Cannibalism Clichés: Racism Concerns Raised by German Man's Mysterious Death

By Philip Bethge

In early October, the charred remains of a German adventurer were discovered at a campfire site on a South Pacific island. The tabloid media were quick to portray the slaying as a possible case of cannabalism on Nuku Hiva, an island historically known for human sacrifice. But locals are offended and experts say such killings are a thing of the very distant past.

Photo Gallery: Manhunt in Paradise Photos
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All of the pieces seem to fit together so well. There is the paradise in the South Pacific; the islander with the tattoo on his chest; the likeable young German adventurer; and, finally, the gruesome of discovery of charred human flesh.

Did the local eat the German tourist, who was sailing around the world?

Debora Kimitete shakes her head in disgust, unable to comprehend the turmoil that has descended upon her community in recent days. "We feel very angry and hurt," says the deputy mayor of the Pacific island of Nuku Hiva, the largest of the French Polynesian Marquesas Islands. "What they did with this story is racism; it's an insult to all Marquesans."

Kimitete is wearing a white cotton blouse and has her hair pulled back tightly in a ponytail. Carved wooden sculptures decorate her office in the municipal building of Taiohae, the island's capital. The small settlement is surrounded by steep slopes rising up to jagged peaks covered with lush green vegetation. It takes more than two hours to trek from there to the spot in the Hakaui Valley where 40-year-old Stefan Ramin died.

Charred Remains in a Campfire

Ramin, a sailor from Haselau, a town near Hamburg, reportedly went goat hunting on Oct. 9 with local resident Henri Haiti, 31. According to Ramin's companion, Heike D., 37, Haiti returned without Ramin and then lured her into the forest and tried to rape her, but then he fled. Charred bones, bits of flesh and teeth were later found in the remains of a campfire. They were Ramin's teeth.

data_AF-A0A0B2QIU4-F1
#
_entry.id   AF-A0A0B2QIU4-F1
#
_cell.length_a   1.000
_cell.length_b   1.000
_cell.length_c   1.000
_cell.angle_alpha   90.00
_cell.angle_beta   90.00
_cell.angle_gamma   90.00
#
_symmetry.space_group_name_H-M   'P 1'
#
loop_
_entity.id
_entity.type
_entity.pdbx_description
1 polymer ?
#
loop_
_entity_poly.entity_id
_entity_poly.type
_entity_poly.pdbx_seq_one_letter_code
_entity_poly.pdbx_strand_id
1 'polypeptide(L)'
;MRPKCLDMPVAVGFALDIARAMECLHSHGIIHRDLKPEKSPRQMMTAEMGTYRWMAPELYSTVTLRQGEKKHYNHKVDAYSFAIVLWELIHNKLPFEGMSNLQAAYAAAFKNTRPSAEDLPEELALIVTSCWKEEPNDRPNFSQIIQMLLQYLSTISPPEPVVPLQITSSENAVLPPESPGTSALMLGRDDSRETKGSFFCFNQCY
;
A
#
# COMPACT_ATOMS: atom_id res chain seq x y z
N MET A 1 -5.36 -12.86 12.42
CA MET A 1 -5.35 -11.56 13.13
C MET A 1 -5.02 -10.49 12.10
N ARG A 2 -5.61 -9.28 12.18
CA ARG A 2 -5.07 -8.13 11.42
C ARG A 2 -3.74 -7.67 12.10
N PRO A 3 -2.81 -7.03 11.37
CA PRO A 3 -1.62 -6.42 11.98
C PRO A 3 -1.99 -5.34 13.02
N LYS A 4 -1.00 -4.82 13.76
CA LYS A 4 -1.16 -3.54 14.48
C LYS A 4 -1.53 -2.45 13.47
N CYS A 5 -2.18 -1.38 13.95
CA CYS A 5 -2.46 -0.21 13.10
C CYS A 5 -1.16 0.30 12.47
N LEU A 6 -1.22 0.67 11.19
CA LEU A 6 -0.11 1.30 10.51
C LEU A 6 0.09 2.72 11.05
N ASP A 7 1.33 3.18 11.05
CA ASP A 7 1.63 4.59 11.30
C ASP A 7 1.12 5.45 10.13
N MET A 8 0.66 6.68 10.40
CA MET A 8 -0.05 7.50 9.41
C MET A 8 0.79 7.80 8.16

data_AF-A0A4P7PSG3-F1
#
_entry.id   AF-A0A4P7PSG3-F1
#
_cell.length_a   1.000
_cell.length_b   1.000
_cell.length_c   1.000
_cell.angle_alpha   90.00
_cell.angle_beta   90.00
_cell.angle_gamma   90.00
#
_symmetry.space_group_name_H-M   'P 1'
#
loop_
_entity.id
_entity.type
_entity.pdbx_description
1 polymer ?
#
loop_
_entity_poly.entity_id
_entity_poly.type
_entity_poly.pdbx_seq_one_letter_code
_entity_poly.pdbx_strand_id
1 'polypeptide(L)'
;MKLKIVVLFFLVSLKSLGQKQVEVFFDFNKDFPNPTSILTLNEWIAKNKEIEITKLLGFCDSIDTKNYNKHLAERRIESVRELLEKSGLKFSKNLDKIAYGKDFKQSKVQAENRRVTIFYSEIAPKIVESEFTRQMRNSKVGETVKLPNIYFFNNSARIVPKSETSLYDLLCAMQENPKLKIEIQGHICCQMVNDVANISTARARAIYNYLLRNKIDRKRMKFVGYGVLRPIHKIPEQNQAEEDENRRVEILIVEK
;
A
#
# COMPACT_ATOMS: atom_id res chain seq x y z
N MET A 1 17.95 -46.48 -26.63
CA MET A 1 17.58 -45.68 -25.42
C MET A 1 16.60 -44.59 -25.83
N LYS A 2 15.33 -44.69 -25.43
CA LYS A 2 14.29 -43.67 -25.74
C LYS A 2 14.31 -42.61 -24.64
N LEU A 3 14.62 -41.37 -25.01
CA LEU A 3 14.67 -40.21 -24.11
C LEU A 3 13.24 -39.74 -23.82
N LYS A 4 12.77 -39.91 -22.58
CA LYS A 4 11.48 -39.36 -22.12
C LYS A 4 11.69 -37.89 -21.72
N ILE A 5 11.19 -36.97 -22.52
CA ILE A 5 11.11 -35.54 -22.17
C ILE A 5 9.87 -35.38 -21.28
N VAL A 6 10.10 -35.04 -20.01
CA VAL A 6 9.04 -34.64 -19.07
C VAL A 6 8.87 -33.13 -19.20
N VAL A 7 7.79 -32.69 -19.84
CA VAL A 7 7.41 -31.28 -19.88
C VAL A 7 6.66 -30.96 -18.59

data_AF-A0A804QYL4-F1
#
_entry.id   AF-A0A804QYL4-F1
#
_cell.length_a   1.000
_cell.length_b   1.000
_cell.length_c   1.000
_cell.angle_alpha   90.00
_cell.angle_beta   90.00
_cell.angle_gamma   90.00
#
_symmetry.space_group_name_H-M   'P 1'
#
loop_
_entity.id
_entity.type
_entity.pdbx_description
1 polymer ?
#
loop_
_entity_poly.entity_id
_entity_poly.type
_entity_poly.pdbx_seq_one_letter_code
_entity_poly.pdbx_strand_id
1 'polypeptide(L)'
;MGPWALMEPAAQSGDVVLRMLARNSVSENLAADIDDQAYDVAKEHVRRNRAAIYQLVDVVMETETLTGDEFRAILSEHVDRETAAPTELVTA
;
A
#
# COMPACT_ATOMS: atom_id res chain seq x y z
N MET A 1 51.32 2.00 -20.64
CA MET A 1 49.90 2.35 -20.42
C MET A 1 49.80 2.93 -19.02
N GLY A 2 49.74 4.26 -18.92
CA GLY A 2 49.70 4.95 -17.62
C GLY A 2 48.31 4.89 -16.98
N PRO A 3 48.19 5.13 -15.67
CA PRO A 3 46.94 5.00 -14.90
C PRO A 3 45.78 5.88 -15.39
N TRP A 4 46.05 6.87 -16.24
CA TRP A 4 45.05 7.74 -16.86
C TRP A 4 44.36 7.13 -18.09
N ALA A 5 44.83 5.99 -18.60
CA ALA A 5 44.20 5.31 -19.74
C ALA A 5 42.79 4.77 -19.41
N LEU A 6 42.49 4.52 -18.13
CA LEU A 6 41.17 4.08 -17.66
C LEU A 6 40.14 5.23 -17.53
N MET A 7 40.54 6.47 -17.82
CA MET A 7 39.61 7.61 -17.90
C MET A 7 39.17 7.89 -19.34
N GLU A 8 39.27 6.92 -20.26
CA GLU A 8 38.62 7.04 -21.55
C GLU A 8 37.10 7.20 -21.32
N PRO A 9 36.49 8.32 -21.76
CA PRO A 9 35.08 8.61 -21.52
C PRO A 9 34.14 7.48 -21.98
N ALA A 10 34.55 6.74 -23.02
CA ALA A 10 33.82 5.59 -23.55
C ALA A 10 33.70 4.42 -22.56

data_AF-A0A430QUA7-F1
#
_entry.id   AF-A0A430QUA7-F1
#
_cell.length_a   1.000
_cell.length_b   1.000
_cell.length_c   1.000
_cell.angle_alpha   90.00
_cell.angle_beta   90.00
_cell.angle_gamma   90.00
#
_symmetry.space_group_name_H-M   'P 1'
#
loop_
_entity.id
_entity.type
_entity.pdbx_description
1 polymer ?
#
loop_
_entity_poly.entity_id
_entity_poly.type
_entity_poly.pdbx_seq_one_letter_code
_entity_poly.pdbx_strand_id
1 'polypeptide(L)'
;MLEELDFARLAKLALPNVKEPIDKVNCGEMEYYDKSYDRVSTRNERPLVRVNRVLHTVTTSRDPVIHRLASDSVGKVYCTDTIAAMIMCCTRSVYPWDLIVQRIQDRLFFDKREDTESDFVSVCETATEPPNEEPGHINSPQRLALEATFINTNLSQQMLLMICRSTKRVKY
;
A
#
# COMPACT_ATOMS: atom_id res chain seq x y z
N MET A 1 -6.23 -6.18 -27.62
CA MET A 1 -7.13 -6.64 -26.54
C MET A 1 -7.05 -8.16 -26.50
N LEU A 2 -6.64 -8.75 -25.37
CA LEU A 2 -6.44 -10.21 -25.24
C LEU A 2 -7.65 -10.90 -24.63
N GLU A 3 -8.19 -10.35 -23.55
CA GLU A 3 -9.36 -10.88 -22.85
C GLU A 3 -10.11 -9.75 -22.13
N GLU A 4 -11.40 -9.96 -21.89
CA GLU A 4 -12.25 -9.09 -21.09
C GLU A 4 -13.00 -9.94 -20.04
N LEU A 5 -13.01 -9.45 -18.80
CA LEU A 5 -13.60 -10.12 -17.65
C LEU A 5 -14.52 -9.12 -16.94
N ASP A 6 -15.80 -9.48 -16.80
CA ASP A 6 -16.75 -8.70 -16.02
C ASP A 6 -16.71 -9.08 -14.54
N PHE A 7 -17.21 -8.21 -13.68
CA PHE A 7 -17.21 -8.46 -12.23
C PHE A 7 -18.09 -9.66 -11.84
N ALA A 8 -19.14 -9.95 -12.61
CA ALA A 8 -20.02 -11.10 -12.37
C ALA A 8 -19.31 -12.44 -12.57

Since then, everything has changed on Nuku Hiva. A 17-member special French police unit (the Marquesas Islands are a French territory) is searching for Haiti, who has been hiding in the wilderness since the crime. Meanwhile, the island community has faced accusations of being a group of cold-blooded cannibals. "People are afraid," says Kimitete. "Something like that normally doesn't happen on this island."

Only about 2,900 people live on Nuku Hiva. There is one flight a day to the island from Papeete on Tahiti. The main settlement, Taiohae, has one hotel, two churches, a school and a few small shops.

In mid-September, the German couple -- she is a yoga instructor, and he was a management consultant -- dropped anchor near the island. They had been sailing the world's oceans since 2008. He was bitten by the sailing bug early in life, and when Stefan was 16, his father gave him his first boat.

The 14-meter (46-foot) aluminum catamaran that the two Germans had called their "little house on the water" for the last three-and-a-half years is named the "Baju." The sailors wrote on their website that their boat was equipped to discover the "most remote paradises on earth." Now it is bobbing in the gentle Pacific swells near a local boardwalk.

Preparing for a Local Festival

What really happened on that day, when Ramin asked the islander to accompany him on a goat hunt, as tourists often do on the island? Was there an accident in the mountains? Did the two men have an argument? There are no eyewitnesses, and the presumed killer did not pick up Heike D. until later.

Joseph Jaffé spoke with Heike D. The lanky German offered to serve as an interpreter when the local police tried to question her, and she was in shock. But he is not allowed to say anything about the interrogation.